Document Type


Date of Original Version



Cell & Molecular Biology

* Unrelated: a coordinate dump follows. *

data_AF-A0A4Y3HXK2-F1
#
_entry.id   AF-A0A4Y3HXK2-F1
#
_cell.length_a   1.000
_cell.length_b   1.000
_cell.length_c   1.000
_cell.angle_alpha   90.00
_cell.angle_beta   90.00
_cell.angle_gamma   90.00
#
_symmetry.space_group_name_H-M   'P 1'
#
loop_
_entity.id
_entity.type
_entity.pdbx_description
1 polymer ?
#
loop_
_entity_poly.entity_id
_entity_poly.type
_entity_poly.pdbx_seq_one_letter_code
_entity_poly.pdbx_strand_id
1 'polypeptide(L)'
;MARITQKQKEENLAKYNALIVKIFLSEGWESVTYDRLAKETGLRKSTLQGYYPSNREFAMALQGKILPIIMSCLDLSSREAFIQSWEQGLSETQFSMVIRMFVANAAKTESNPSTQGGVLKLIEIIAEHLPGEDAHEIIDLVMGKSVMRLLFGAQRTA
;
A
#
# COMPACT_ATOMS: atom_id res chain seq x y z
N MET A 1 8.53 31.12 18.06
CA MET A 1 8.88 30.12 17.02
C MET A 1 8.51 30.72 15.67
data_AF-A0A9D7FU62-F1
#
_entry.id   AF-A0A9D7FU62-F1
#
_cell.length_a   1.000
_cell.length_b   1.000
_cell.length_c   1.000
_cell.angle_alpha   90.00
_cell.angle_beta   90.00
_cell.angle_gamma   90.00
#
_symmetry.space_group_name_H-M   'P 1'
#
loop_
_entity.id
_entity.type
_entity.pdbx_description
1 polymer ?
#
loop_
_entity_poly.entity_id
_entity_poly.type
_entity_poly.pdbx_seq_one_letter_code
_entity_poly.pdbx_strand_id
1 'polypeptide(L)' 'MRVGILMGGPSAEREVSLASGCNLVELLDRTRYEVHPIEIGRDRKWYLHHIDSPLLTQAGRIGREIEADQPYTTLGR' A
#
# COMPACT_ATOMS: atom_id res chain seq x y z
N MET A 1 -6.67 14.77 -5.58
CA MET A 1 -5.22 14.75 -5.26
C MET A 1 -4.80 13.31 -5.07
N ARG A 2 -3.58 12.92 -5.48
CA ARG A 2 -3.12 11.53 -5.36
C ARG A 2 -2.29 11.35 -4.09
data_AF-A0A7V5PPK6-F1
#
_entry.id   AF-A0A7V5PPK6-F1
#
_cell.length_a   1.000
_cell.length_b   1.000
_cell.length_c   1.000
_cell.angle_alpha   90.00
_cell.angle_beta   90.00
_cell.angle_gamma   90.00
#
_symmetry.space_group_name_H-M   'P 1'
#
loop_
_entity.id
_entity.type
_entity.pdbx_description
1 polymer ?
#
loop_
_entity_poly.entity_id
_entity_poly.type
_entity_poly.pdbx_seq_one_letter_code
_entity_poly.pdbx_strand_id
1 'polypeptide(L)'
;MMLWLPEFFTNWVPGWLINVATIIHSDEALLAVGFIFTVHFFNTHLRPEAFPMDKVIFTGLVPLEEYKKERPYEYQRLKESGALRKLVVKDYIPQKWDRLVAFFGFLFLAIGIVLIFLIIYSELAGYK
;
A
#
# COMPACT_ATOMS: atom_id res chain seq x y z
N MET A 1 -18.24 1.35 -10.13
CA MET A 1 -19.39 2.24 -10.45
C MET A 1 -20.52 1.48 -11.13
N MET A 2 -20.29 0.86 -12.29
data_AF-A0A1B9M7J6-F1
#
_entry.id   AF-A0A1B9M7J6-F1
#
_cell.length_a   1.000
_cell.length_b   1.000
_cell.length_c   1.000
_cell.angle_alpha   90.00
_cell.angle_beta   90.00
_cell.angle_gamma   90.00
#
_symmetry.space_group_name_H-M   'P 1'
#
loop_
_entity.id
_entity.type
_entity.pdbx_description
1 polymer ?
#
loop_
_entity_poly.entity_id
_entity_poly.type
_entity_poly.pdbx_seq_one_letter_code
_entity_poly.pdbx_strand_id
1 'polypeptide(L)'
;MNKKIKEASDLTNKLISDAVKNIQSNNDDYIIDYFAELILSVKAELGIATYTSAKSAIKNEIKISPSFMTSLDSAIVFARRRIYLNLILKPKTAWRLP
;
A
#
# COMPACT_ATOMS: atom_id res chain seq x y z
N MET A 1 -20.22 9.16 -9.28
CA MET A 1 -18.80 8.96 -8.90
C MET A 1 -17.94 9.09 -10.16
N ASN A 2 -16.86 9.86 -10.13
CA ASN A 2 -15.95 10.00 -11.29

Vibrio anguillarum is a causative agent of vibriosis in fish. Hemolytic activity has been suggested as a virulence factor by contributing to hemorrhagic septicemia and diarrhea. In order to identify and characterize the hemolysin genes and examine the role of hemolytic activity in virulence, a mini-Tn10Kan mutagenesis clone bank of V. anguillarum was screened. While no hemolysin-negative strains were observed, several mutants with two- to threefold-increased hemolytic activity were found. The region containing the insertion mutation was cloned, sequenced, and found to contain the V. anguillarum hemolysin (vah1) and two other open reading frames, coding for a putative lactonizing lipase (llpA) and a putative phospholipase (plp). The mini-Tn10Kan was inserted into plp. Site-directed mutagenesis of each gene revealed that mutations in vah1 and llpA did not affect hemolytic activity, but insertions into plp caused a two- to threefold increase in hemolysis. Double mutations in plp and either vah1 or llpA resulted in wild-type hemolytic activity. Complementation of plp restored hemolytic activity to wild-type levels. Spectrophotometric determination of hemolysin specific activity revealed that activity on a per cell basis peaked during the first 2 h of growth in LB20. Real-time quantitative reverse transcriptase PCR used to quantitate transcription of the hemolysin genes plp and vah1 in V. anguillarum wild-type strains M93Sm and NB10 revealed that transcription of plp and vah1 peaked at 2 h of growth in LB20. Additionally, expression of vah1 measured in the plp mutant strain, JL01, during the first 2 h of growth was >8 times higher than that in M93Sm. Mutations in plp and llpA did not affect virulence of V. anguillarum. The mutation in vah1 attenuated V. anguillarum virulence in fish. These data show that several genes are responsible for hemolytic activity in V. anguillarum. At least three genes (plp, llpA, and vah1) are responsible for one hemolytic activity. The data also suggest that plp acts as a negative regulator of vah1 and llpA.